Level 2

This level flows on from Level 1. It is primarily aimed at those individuals who have shown a keen interest for further studies. Individuals are encouraged to achieve a personalized ‘study goal’ under the supervision of their local eldership. To this end, there are two options to consider;

1. Undergraduate Study through the North American Reformed Seminary (TNARS).

TNARS is well recognized and endorsed, but it is not formally accredited by a secular educational board (please keep this in mind if you are thinking about pursuing this option).  Incredibly, this seminary program avails itself at no cost (to the student), however it does place a very high demand upon those enrolled. This route should only be taken if the eldership thinks that a) this is indeed the best option for you; and b) you are indeed able to handle the heavy work load.

TNARS considers itself to be a resource to the local church. Any lack of residency is made up through involvement at the local church level, and in accountability to the local church eldership. Please note that before you can in enroll in any of the programs, you will need to have a letter of approval and recommendation from your  eldership.

For all undergraduate degrees, TNARS also requires that students have a local mentor. If no one in your own local church is able to enrol as your mentor, you may request one from within the broader fellowship of  Reformed Baptist churches (please email Michael Beck –  info@gracenet.co.nz). To see more information about TNARS and their degree programs, go to http://www.tnars.net/academics/

2. Informal and personalized study program (local eldership)

In this option, there is no formal recognition for your studies. The benefits however, are in the fact that a) the elders can personalize a study program that is more focused – and most relevant to you; b) study goals can be set without any external time constraint; c) study goals can be achieved at a much more short-term level.

While the resources involved in this program are in no way limited by the list that follows (but are selected  as you work together in accountability with your local eldership), consideration of following (freely available on the internet) is highly recommended:

1. Covenant Seminary (http://www.worldwide-classroom.com/)

As a ministry of Covenant Theological Seminary, the Worldwide Classroom offers free access to biblically-based, grace-centered theological training materials for the benefit of the church. The lectures are presented in English in MP3 format; transcripts and study guides are available as PDFs. Anyone may download, use, and share these courses at no charge for non-commercial purposes. Online students are encouraged to explore ‘My Classroom’. This is a tool that tracks study progress and recommends a course plan based upon your / your church’s unique goals.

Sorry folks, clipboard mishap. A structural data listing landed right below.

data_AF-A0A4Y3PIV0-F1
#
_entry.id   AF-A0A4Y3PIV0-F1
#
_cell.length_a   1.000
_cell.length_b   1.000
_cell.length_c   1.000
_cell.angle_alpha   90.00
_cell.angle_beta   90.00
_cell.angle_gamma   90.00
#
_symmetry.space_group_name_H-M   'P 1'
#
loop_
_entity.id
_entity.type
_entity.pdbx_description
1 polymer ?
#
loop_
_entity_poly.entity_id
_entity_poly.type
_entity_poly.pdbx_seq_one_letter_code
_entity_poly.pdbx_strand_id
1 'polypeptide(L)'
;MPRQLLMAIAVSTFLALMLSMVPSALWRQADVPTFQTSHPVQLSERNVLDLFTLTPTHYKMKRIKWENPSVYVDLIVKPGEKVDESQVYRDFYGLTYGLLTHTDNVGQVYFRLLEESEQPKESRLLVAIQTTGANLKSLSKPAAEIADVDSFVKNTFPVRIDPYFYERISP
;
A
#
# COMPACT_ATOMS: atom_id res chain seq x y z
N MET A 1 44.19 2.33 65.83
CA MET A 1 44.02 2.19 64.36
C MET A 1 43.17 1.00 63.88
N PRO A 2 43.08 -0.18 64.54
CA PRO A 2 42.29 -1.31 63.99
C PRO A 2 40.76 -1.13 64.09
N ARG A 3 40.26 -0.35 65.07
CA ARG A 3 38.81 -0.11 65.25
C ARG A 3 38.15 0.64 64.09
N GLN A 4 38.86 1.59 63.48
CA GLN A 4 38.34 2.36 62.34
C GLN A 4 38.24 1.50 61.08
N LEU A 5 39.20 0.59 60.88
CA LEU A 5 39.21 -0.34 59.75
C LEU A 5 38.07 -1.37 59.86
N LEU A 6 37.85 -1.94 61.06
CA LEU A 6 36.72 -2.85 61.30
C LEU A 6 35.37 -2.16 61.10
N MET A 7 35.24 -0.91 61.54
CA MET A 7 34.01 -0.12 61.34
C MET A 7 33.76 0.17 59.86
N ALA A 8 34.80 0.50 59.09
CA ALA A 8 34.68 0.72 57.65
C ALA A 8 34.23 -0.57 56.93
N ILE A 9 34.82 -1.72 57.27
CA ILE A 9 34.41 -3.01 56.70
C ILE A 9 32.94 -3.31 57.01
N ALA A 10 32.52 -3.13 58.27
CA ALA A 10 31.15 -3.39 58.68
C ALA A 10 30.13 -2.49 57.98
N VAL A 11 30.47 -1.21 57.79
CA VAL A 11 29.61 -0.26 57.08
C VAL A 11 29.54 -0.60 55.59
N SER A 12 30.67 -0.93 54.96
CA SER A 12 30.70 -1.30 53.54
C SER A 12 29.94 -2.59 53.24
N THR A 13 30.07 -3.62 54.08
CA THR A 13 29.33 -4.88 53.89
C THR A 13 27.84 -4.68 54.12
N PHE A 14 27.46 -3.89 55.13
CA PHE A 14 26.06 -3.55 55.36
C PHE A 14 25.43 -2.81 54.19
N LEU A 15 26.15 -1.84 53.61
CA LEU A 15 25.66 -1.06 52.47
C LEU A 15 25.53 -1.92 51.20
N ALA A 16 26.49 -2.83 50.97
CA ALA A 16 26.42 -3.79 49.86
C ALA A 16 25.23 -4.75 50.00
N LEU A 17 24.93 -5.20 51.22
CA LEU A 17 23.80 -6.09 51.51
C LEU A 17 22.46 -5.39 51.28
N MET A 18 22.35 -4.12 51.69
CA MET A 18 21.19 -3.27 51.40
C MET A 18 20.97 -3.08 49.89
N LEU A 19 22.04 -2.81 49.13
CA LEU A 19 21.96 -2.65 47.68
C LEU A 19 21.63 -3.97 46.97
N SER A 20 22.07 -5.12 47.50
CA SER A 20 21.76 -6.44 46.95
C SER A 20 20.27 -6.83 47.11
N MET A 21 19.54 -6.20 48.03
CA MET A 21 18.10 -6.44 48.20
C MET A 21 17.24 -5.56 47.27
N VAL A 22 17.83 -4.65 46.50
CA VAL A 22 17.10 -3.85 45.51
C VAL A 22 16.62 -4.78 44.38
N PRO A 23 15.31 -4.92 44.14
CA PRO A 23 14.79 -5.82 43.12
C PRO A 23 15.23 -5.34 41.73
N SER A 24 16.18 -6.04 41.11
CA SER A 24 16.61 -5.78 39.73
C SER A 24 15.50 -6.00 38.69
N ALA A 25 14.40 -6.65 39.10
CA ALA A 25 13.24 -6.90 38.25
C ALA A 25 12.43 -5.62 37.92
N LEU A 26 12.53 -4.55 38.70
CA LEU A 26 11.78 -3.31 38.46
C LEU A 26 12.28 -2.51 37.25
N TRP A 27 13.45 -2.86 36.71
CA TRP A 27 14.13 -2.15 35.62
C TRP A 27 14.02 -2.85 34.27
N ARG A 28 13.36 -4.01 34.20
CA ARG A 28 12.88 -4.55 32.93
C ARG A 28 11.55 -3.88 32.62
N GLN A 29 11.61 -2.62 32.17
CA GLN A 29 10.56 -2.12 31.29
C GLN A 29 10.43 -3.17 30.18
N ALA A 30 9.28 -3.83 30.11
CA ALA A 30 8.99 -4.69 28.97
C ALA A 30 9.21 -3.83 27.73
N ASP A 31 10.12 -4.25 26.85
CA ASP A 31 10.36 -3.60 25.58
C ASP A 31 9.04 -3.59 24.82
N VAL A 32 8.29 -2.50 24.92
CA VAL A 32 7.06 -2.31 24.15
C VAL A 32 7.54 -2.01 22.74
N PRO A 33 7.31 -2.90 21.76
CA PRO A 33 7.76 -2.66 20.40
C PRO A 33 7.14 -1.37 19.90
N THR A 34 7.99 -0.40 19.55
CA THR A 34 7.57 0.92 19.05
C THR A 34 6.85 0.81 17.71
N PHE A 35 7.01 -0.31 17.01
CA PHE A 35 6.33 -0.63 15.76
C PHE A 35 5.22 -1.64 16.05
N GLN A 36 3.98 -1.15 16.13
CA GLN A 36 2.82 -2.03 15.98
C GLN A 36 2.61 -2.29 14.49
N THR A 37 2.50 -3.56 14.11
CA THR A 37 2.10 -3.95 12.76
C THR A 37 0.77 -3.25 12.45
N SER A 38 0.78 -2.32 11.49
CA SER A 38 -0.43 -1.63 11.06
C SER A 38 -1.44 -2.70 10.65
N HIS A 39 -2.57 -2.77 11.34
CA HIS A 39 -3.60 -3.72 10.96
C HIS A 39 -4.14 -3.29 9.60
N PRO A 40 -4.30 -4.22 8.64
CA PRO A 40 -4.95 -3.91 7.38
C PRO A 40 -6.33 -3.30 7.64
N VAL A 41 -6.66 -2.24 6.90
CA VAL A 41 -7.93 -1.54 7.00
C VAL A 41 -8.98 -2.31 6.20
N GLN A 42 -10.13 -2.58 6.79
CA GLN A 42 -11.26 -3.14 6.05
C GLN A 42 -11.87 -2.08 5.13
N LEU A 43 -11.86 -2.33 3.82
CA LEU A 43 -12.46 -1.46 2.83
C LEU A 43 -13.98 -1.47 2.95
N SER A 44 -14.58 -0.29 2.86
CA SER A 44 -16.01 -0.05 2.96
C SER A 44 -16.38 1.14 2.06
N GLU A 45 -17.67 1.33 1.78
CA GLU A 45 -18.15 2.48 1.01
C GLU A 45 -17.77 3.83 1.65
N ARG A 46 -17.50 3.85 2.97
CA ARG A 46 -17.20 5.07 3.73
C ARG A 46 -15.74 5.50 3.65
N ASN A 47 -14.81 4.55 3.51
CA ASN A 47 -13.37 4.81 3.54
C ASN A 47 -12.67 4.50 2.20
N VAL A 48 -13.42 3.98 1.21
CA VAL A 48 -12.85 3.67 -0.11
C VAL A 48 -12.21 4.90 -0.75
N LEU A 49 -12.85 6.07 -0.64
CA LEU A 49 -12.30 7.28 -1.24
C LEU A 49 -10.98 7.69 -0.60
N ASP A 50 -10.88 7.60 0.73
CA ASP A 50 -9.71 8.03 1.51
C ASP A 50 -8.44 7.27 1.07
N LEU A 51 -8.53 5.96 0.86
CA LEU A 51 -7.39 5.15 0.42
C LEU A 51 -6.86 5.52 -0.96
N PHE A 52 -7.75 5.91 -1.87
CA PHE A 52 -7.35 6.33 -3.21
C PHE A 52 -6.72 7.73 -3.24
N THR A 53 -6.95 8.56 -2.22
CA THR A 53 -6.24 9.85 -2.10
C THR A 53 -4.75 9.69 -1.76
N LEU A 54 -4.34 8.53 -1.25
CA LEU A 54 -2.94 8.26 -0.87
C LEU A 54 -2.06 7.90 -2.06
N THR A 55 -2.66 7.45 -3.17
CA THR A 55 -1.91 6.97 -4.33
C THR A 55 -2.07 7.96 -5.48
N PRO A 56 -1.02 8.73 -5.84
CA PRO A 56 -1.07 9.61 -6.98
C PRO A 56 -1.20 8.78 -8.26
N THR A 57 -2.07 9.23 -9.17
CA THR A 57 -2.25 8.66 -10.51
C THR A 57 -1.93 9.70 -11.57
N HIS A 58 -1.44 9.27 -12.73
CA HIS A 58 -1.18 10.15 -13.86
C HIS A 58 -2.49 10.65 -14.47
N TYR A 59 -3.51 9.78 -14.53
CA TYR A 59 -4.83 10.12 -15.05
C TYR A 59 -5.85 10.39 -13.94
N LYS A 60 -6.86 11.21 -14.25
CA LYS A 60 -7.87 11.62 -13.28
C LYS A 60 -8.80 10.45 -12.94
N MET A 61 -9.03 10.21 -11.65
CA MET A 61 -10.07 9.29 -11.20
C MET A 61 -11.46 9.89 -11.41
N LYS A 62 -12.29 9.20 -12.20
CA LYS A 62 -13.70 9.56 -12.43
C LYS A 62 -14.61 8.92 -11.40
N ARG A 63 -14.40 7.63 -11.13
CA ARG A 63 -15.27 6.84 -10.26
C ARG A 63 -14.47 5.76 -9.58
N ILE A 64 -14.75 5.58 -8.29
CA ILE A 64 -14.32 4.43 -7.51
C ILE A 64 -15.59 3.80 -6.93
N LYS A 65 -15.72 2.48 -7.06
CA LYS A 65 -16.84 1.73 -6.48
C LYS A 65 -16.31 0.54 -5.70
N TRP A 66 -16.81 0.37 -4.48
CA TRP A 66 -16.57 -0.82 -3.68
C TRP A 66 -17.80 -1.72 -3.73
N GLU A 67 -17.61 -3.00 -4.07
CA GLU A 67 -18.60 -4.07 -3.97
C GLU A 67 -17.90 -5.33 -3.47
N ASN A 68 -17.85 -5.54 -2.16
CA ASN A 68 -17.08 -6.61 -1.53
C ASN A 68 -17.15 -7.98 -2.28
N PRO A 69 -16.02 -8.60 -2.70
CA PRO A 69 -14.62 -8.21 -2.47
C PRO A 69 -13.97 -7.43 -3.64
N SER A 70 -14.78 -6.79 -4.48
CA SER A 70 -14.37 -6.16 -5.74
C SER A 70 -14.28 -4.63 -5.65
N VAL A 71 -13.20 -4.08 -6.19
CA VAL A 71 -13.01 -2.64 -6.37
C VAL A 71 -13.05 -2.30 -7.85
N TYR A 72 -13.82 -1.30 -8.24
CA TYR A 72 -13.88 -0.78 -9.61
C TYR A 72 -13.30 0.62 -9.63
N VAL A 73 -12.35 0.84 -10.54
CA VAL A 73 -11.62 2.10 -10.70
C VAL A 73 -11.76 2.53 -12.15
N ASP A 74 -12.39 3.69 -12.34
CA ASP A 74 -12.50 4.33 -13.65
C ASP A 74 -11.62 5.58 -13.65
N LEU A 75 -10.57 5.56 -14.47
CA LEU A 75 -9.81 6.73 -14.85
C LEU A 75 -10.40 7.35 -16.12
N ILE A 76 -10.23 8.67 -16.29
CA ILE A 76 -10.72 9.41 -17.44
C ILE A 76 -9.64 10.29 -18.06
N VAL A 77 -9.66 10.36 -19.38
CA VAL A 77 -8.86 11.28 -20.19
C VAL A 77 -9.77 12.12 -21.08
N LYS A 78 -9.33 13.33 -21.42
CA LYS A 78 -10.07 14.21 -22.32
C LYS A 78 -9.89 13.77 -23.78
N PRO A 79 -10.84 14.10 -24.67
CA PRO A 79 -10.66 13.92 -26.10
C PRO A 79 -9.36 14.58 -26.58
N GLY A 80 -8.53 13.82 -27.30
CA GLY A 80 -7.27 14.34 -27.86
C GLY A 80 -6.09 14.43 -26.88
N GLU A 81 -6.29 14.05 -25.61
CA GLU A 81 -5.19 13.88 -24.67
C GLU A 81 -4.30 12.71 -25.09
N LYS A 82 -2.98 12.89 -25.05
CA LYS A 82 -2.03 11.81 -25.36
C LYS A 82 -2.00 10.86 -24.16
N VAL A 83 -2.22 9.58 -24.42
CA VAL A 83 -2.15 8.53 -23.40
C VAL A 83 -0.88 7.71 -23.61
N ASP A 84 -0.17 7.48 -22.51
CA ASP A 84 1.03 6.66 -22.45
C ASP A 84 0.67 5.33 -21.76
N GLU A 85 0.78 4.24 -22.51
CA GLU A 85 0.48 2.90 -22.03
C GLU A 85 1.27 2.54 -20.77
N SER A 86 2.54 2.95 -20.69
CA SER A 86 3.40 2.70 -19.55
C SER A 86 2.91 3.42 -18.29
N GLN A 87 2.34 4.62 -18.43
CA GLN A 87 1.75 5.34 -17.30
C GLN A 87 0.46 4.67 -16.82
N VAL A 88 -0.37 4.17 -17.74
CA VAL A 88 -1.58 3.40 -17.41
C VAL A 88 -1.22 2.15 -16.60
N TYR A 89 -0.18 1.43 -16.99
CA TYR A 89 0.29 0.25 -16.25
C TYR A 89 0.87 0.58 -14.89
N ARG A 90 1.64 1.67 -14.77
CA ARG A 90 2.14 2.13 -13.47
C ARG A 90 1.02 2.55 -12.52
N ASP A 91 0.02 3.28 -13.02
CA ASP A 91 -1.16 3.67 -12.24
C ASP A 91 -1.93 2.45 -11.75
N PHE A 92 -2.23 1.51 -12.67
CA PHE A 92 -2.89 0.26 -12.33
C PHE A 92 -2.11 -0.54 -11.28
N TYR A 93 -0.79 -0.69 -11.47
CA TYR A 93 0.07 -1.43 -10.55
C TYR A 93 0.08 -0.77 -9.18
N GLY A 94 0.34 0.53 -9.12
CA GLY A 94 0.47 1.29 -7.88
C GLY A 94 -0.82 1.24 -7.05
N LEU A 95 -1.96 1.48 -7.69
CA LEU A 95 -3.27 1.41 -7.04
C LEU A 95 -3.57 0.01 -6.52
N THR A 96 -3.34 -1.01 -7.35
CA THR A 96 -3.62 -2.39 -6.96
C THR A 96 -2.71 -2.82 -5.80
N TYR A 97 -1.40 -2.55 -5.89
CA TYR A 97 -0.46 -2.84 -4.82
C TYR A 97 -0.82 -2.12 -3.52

2. BiblicalTraining.org (http://www.biblicaltraining.org)

The vision of BiblicalTraining is to help fulfill the Great Commission by providing world-class educational resources for making new and fully-devoted followers of Christ within the context of the local church. [They] hope to accomplish this through providing a free online seminary with a wide range of courses from a broadly evangelical perspective that crosses many denominational lines. [They] also provide discipleship resources for new and growing believers. A key component of the discipleship resources [is] a certificate program that will allow a mentor to monitor the progress of an individual or group as they take courses in spiritual foundations, biblical foundations, or leadership development.

3. Third Millennium Ministries (http://thirdmill.org/)

Third Millennium Ministries seek to provide Christian education to hundreds of thousands of pastors around the world who lack sufficient training for ministry. The curriculum is designed to be used in support of existing schools, as well as by groups and individuals. It consists of three central elements: graphic-driven videos, printed instruction and internet resources. In order to accomplish their production goals, they have developed a highly cost-effective method of producing high-quality multimedia video lessons. They strive to maintain quality not only in production, but also in content. All the instructors are seminary professors, and their writers and editors are theologically trained educators.


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